Letrozole rarely causes vaginal bleeding. If this happens it is most likely in the first few weeks of treatment, or when you change from another hormonal therapy to letrozole. If bleeding continues for more than a few days, tell your doctor or nurse.

Raised blood pressure

Tell your doctor or nurse if you have ever had any problems with your blood pressure. Your nurse will check it regularly during your treatment. This is one of the few side-effect I do not get!

Raised cholesterol level

Your doctor may check your cholesterol levels with a blood test.

Build-up of fluidletrozole-fluid

You may get swollen feet and ankles because of fluid building up. If you notice this or any other swelling let your doctor know.

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In addition to these more common side-effects of Letrozole, there are other possible side-effects that are less common.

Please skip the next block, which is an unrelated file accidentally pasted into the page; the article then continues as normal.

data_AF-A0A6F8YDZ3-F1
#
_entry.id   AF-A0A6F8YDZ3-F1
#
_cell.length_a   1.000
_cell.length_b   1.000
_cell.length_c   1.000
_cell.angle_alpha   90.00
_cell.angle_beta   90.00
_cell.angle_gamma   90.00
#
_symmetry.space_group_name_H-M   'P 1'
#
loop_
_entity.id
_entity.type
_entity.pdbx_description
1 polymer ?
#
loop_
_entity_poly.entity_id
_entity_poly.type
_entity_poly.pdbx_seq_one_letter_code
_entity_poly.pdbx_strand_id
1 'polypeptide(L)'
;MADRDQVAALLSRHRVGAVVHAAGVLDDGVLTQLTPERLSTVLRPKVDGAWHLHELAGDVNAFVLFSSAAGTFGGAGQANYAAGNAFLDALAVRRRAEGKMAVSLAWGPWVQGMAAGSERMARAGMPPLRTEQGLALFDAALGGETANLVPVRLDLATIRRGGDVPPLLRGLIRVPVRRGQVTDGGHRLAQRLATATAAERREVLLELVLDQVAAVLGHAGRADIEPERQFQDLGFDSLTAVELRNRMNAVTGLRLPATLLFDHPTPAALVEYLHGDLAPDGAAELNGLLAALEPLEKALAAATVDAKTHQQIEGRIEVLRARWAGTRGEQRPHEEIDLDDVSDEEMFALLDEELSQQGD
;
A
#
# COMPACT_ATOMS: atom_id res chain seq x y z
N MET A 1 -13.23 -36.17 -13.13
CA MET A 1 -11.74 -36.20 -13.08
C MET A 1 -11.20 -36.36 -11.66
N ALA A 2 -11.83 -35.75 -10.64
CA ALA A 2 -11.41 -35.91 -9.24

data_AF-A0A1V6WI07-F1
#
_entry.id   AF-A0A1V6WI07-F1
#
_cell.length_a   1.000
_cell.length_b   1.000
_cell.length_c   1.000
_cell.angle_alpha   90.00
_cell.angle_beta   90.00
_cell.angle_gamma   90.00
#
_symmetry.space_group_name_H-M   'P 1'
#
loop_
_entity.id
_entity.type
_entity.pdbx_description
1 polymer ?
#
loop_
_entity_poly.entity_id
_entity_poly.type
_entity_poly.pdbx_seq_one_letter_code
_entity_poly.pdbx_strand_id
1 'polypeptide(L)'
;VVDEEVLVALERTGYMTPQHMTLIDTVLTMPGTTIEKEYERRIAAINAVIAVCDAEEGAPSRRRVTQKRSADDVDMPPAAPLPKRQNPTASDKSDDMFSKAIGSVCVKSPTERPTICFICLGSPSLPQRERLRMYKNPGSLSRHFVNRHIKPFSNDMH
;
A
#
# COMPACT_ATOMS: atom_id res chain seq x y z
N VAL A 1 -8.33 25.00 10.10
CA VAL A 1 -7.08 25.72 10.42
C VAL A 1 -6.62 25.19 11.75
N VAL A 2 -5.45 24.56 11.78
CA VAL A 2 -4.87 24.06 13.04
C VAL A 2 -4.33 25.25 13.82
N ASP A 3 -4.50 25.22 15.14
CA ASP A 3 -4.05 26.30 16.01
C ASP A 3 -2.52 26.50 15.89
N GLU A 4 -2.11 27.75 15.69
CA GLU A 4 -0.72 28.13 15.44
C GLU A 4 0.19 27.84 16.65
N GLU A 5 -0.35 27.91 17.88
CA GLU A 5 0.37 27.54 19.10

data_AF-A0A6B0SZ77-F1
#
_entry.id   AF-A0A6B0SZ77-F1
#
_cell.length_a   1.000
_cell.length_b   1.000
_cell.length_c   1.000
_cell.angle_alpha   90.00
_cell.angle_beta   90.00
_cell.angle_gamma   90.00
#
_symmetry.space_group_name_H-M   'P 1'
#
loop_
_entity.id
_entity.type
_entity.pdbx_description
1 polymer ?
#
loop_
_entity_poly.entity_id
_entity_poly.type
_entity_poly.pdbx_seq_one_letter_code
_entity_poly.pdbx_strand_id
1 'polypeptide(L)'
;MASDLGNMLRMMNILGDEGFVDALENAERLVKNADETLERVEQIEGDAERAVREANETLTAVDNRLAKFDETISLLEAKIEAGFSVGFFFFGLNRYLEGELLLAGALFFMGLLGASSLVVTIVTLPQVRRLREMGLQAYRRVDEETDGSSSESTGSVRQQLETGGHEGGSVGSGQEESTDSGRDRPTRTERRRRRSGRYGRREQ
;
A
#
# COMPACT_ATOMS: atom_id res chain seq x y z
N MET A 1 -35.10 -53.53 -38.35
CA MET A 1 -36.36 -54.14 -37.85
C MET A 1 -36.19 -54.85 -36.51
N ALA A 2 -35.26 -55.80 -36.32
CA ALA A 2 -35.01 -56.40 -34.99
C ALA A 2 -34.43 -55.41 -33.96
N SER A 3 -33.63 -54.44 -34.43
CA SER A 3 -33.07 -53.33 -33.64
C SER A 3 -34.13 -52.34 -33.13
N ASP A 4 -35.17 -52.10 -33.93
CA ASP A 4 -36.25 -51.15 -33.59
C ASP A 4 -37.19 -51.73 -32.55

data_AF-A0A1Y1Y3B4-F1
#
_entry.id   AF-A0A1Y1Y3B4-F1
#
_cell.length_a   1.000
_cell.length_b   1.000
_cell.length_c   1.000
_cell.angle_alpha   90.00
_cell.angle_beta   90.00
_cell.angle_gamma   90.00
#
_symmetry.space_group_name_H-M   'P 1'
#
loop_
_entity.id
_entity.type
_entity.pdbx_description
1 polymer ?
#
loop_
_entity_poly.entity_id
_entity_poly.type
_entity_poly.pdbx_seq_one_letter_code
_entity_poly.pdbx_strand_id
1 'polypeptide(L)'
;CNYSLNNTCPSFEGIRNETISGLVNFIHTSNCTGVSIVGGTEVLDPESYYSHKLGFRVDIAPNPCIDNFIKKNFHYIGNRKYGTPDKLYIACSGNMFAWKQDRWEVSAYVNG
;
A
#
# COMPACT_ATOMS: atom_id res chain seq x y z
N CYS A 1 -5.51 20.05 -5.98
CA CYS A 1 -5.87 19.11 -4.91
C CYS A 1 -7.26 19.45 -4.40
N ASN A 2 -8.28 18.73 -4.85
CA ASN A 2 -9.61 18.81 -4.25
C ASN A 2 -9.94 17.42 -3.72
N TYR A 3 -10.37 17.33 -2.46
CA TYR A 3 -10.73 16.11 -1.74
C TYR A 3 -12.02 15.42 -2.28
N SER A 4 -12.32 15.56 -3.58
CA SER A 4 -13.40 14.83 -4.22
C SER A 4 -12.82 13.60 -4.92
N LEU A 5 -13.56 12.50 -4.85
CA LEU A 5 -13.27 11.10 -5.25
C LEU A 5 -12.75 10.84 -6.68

Vaginal dryness

Non-hormonal creams and gels or lubricants can help reduce dryness and discomfort during sex. You can buy these at a chemist or your doctor can prescribe them.

Urine infection

Let your doctor know if you have pain or discomfort when you pass urine, or if you need to go more often, or your urine is cloudy or smelly. Drink lots of fluids if you think you may have an infection.

Eye problems

Occasionally women get sore eyes or blurry vision with letrozole. Always tell your doctor or nurse if you notice any change in your vision.

Changes to your heartbeat

If you notice changes to your heartbeat, such as it speeding up, let your doctor know. If you have pain or tightness in your chest, or feel breathless at any time during or after treatment, see a doctor straightaway.

letrozole-rash***

I was told that my side-effects would settle down after a few months. That has not been the case for me, nor ofr many other women who have contacted me. Still, we keep taking the tablets. I would rather complain than have to explain to my family that the breast cancer is back.

Valerie Penny